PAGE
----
As far as Brazil, and you commented on the currency being a reflection of the conditions in the market. Some of that currency volatility may be because of what's going on in China today. We've seen that with Australia as well. The currency is off quite a bit. Canada hasn't been as badly hit, but it has come off a little bit as well. So we do expect a rebound. I think the market opportunity in Brazil is very exciting. Most of what we are looking for down there are additions to our existing platforms. We have great activity going on in Ascenty, our data center business. That business has exceeded our expectations. There's a number of toll road opportunities that are coming to market that will be very interesting for our toll road platform. And the only place where maybe we've pulled back a little bit in that market is on the transmission front, electricity transmission. We continue to monitor the various auctions that take place. The more recent auctions have been very competitive. And so we've not -- I wouldn't say today that we're optimistic that we'll find great value on that front. But what it does mean is what we did buy and what we are investing in is incredibly valuable. So I guess it's a double-edge sword.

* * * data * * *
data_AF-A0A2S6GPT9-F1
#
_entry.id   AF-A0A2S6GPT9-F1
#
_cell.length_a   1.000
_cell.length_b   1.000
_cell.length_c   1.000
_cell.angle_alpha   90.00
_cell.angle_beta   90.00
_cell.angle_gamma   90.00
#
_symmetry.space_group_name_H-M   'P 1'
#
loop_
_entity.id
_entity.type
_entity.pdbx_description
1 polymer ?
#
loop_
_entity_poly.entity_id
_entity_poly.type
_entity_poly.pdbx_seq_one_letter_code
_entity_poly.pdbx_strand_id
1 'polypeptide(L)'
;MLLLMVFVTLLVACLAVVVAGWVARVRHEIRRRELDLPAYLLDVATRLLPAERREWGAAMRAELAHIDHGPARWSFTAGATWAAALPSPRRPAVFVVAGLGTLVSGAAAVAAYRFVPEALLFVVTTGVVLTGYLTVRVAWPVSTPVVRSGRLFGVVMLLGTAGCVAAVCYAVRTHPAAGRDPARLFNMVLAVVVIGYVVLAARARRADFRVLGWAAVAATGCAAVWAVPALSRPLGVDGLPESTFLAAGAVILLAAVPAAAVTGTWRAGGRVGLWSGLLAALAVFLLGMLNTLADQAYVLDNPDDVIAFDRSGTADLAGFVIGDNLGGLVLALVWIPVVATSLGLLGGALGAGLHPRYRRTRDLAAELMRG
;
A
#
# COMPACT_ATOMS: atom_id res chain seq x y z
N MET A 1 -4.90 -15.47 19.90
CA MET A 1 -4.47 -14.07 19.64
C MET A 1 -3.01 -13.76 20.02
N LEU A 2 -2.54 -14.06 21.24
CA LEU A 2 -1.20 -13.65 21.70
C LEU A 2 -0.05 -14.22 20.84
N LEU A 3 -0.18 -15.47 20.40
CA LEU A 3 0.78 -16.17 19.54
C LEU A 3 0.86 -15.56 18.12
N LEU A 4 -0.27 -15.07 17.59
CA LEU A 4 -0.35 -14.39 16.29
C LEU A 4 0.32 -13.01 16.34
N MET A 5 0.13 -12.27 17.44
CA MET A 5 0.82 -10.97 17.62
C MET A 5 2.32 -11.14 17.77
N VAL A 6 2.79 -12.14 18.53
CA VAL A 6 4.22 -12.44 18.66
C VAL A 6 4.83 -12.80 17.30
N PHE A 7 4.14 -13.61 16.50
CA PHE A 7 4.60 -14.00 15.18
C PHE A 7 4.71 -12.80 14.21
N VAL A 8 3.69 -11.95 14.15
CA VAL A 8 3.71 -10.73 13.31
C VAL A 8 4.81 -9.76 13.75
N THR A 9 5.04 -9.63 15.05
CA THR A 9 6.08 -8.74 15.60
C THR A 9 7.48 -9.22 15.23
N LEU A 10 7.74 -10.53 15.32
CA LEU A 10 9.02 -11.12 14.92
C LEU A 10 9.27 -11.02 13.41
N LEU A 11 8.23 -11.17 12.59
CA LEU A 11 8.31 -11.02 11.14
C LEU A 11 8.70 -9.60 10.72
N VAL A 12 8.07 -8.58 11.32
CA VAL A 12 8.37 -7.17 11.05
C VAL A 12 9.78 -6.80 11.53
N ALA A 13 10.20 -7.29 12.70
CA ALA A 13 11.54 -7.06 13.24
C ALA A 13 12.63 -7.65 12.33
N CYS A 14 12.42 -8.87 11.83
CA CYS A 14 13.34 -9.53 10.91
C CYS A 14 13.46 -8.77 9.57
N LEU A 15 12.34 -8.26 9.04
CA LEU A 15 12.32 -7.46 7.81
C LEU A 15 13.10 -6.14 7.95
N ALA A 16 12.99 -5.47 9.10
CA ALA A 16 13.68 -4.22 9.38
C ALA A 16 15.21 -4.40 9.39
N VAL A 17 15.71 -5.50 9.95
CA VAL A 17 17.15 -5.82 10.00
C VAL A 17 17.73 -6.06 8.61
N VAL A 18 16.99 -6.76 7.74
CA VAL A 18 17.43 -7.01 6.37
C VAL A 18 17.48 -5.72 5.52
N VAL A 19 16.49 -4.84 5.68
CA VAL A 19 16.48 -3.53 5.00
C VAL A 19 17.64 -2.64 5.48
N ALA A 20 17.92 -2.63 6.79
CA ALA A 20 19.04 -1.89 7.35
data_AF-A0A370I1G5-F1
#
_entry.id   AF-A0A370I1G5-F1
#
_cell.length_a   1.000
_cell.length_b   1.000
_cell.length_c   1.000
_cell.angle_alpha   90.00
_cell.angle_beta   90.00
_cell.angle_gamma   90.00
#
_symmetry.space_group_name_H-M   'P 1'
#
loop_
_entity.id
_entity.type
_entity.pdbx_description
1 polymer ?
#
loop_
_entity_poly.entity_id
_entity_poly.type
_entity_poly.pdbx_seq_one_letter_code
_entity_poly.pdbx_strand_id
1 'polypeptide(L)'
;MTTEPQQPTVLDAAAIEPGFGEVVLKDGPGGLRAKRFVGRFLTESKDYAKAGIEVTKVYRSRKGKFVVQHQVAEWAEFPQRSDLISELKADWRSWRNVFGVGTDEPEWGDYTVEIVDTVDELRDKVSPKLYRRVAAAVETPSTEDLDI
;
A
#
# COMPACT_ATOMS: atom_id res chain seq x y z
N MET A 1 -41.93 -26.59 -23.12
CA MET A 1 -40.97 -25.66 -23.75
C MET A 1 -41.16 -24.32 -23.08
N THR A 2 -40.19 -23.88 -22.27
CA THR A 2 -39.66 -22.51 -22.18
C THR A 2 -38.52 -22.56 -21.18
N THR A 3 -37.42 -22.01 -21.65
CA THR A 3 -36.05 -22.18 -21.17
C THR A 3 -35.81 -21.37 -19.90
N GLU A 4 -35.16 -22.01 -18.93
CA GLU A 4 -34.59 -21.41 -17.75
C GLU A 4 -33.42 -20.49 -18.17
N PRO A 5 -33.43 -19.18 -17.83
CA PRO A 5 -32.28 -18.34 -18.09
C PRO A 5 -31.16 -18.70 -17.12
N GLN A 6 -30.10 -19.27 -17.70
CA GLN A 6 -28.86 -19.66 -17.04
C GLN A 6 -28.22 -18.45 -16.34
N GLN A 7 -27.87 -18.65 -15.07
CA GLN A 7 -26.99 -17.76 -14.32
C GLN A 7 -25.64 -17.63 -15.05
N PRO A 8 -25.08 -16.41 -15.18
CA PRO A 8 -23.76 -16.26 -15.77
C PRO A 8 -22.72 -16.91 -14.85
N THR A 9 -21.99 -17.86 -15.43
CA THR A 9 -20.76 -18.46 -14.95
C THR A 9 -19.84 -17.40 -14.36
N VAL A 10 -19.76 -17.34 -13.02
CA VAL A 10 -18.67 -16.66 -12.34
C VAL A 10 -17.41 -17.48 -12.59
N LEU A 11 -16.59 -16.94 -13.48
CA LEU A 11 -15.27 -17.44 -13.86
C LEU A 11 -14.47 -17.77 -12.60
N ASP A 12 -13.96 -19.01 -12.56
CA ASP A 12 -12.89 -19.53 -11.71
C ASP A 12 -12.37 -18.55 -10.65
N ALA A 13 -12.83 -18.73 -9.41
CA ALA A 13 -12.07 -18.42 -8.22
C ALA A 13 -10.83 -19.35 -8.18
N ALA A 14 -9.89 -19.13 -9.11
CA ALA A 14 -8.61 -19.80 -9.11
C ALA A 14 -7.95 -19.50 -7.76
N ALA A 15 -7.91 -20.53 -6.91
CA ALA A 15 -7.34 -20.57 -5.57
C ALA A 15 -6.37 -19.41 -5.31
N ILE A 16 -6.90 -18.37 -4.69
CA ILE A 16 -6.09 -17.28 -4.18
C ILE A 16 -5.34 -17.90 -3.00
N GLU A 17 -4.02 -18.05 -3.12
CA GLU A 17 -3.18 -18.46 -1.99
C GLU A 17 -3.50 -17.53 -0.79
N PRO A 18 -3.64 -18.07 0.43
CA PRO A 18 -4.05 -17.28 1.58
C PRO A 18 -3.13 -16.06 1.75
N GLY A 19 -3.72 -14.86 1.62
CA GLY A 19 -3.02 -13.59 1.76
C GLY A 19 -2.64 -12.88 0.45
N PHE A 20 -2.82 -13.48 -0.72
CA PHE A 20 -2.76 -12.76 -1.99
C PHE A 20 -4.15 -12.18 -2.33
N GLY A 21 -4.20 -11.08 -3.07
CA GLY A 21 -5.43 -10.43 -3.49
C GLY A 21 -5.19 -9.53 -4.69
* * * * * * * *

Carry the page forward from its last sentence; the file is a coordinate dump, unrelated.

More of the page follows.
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Robert Michael Kwan, RBC Capital Markets, Research Division - MD & Energy Infrastructure Analyst [12]

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And just to finish on that electricity transmission comment. Does that create opportunities, although recognizing it's pretty short order, though, to turn those and put those back out to the market?